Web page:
Wolves of the Sky – Harris’s Hawks

Harris’s Hawks can frequently be seen riding the thermals in the skies above the southwestern United States including most of Maricopa County, southern Arizona, Texas, Mexico and into South America. They’ve been dubbed “Wolves of the Sky” for their hunting behavior which involves several hawks joining into a “pack” to search for, flush out and eventually nab their prey.

Like many birds of the southwest, Harris’s Hawks typically build their nests in Saguaros. However given their size, they use the arms of the cactus (instead of bored holes) to construct their home with branches, twigs and other bits of scrap they find in the desert.

Once the nest is complete the female will lay between 1-5 eggs which hatch in 4- 5 weeks. Parents often form a trio of caregivers for raising their youngsters with two males and the female sharing nesting and feeding duties. After the brood has fledged, the fledglings will hang around with their parents for a few months before becoming fully independent.

Harris’s Hawks have some fun facts associated with them:

  • They sometimes perform what is known as “back-standing” where 2 up to 5 birds will stand on one another’s backs. Although it’s a mystery as to why they do this, some experts have suggested that the top hawk on the totem pole will be able to see distant objects better than his lower-level partners.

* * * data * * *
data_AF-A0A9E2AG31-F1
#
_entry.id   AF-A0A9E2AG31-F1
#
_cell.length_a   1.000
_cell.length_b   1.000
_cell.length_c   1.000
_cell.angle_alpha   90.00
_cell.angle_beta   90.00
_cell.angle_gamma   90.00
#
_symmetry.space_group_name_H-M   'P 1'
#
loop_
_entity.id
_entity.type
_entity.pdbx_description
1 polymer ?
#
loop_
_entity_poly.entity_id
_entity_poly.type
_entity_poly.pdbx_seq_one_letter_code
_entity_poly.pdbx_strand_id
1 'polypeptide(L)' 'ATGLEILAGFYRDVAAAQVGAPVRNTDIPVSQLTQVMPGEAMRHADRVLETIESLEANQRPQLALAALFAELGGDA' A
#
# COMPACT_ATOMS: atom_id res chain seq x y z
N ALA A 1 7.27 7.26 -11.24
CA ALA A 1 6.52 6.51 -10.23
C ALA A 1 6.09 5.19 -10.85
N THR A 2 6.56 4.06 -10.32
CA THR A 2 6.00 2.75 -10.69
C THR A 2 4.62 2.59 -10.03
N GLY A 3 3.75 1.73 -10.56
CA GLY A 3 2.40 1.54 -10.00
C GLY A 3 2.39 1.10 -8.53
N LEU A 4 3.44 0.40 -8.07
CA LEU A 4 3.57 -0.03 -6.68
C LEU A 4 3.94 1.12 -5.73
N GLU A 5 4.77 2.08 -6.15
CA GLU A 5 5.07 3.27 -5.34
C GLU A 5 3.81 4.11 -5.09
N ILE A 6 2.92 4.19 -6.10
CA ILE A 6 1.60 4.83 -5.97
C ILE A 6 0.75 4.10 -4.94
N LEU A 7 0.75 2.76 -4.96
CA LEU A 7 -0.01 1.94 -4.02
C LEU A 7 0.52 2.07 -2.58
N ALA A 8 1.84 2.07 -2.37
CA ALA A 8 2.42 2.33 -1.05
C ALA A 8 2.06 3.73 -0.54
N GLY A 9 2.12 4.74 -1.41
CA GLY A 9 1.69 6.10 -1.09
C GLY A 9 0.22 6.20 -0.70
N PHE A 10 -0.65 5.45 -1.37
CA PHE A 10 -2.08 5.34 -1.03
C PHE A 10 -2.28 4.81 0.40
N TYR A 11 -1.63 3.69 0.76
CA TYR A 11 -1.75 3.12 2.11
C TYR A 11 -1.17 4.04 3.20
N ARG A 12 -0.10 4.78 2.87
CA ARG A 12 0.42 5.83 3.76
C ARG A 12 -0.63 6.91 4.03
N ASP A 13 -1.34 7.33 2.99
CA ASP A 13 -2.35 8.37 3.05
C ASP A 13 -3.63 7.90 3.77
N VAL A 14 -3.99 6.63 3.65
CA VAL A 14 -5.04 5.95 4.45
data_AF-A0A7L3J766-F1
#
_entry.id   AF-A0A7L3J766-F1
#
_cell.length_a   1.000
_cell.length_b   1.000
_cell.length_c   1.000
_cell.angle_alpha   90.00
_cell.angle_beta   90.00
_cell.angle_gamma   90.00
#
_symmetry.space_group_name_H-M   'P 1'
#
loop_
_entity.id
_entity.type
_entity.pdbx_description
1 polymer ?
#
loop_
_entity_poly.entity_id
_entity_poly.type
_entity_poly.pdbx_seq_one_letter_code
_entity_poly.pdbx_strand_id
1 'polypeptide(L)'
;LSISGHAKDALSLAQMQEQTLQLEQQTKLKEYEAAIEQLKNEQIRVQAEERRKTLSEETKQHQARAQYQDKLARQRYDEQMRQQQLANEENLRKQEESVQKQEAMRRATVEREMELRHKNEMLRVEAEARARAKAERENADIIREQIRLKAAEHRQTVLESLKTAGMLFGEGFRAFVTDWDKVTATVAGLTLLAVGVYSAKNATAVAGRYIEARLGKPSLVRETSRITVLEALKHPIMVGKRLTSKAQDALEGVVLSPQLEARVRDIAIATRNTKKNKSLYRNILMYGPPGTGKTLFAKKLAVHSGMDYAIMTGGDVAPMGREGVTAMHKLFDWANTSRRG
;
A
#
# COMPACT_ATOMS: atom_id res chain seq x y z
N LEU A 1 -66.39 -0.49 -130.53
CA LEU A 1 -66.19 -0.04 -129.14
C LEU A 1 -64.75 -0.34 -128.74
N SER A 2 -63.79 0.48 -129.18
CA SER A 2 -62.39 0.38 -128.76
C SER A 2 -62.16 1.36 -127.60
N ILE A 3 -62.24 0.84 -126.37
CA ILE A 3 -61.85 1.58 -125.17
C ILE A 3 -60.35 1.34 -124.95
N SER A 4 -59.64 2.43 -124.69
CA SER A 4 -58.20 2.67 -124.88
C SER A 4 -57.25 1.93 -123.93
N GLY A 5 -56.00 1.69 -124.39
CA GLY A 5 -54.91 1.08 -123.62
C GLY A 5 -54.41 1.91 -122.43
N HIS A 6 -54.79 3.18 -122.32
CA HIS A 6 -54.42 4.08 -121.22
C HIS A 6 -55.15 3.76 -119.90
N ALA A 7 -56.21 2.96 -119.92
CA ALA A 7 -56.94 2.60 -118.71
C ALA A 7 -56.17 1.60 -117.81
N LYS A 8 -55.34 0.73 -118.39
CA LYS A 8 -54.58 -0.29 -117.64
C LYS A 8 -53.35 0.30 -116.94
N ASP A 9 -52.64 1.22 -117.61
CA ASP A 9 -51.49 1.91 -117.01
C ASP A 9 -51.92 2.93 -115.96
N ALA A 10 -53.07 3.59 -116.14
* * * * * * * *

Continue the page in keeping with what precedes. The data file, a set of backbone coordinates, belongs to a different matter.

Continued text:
• Harris’s Hawks are also highly adaptable for use in falconry. They seem to bond easily with their handlers and quickly become adept at the sport. Oddly enough, Harris’s Hawks are one of the most popular birds for falconers in the United Kingdom despite being native to the western hemisphere.
  • In fact, there’s one particular Harris’s Hawk named “Rufus” whose falconry skills have made him the official “Bird Scarer” at Britain’s Wimbledon tennis facility. He has been keeping the pesky pigeons away from the courts for over 15 years. He’s got his own ID name tag and has become something of a celebrity. The beer brewer Stella Artois even featured him in several of their commercials which they’ve shown during the Wimbledon tournaments.

The following photographs show these handsome birds ranging from nestlings, to juveniles to adults. Click on any of them to display the larger versions.

This entry was posted in Birds, Wildlife.

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